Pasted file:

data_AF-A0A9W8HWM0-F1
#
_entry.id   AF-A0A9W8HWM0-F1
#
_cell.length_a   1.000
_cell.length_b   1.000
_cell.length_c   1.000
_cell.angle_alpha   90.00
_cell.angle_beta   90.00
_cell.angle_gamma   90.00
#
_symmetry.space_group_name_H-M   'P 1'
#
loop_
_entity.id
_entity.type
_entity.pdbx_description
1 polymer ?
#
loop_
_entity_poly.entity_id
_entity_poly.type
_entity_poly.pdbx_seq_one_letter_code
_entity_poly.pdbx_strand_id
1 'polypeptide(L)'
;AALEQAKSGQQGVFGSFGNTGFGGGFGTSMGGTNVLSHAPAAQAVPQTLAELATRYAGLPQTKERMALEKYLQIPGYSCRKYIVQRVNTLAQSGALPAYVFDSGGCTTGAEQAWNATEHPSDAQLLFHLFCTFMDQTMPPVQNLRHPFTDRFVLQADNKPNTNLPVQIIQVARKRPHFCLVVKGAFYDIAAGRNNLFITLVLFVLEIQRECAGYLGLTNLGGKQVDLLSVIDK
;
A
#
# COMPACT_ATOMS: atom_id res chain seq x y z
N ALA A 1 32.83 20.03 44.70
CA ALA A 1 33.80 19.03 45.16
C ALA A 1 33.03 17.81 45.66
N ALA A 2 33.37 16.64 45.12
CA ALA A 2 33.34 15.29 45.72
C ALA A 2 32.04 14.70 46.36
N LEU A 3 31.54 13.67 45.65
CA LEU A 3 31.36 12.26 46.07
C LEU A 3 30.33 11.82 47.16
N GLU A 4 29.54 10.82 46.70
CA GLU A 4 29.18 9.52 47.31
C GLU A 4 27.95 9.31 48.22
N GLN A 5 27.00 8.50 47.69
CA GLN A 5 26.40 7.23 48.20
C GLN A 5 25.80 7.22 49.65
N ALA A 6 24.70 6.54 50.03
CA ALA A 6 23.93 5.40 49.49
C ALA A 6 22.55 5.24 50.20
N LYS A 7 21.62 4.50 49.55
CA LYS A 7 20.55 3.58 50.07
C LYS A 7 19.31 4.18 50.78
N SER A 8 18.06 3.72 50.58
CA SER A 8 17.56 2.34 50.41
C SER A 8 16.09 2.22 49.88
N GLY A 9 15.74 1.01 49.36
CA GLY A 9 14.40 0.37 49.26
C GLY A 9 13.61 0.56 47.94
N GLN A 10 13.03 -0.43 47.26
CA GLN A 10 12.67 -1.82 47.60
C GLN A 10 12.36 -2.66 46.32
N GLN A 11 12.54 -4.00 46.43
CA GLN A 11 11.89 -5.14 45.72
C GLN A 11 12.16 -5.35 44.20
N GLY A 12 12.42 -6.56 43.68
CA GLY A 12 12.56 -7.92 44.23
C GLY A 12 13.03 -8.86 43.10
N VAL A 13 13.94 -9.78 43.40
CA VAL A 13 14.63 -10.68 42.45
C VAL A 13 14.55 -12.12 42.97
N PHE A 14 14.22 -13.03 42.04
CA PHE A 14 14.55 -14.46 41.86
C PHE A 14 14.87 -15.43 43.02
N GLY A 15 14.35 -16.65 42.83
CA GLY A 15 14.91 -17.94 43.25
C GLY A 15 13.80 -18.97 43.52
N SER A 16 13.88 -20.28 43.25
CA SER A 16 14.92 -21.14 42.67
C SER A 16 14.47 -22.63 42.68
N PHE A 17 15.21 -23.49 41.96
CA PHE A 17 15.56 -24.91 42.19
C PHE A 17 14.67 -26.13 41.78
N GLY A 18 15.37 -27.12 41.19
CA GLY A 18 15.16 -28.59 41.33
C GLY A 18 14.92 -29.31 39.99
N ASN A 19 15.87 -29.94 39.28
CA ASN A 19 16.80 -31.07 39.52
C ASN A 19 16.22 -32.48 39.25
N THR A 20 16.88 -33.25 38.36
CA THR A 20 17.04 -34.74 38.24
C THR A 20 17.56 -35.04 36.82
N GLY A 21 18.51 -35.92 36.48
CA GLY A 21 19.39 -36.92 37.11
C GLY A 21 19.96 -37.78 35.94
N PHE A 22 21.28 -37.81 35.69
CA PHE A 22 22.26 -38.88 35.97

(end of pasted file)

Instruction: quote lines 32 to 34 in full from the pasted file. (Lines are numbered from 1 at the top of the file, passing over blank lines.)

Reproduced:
CA ALA A 1 33.80 19.03 45.16
C ALA A 1 33.03 17.81 45.66
N ALA A 2 33.37 16.64 45.12